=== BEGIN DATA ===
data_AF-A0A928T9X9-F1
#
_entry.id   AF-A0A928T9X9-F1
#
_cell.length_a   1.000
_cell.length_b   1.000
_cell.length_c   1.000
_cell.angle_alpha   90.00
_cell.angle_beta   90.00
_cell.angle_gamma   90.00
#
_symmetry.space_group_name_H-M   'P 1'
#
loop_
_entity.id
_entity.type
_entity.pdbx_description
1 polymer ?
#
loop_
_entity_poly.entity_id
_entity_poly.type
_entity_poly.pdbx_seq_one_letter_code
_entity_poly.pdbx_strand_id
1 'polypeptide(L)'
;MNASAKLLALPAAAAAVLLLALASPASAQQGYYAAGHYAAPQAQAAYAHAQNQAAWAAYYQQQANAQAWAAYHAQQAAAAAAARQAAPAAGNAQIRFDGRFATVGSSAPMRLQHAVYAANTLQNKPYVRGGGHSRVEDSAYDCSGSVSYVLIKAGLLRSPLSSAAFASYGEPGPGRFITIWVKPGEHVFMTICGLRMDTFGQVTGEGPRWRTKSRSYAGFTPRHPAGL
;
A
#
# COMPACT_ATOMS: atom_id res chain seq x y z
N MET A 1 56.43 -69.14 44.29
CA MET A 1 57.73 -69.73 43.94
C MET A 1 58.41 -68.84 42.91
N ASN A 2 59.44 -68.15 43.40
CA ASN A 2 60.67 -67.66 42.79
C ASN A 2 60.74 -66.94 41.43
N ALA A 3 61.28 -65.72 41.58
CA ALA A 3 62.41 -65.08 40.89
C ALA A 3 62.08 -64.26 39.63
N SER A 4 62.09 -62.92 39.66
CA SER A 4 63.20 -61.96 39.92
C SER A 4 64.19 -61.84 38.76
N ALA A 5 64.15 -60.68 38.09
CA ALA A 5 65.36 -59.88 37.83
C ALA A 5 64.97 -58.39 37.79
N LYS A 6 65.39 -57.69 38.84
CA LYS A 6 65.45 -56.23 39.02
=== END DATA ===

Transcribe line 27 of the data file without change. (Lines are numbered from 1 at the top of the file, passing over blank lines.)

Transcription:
;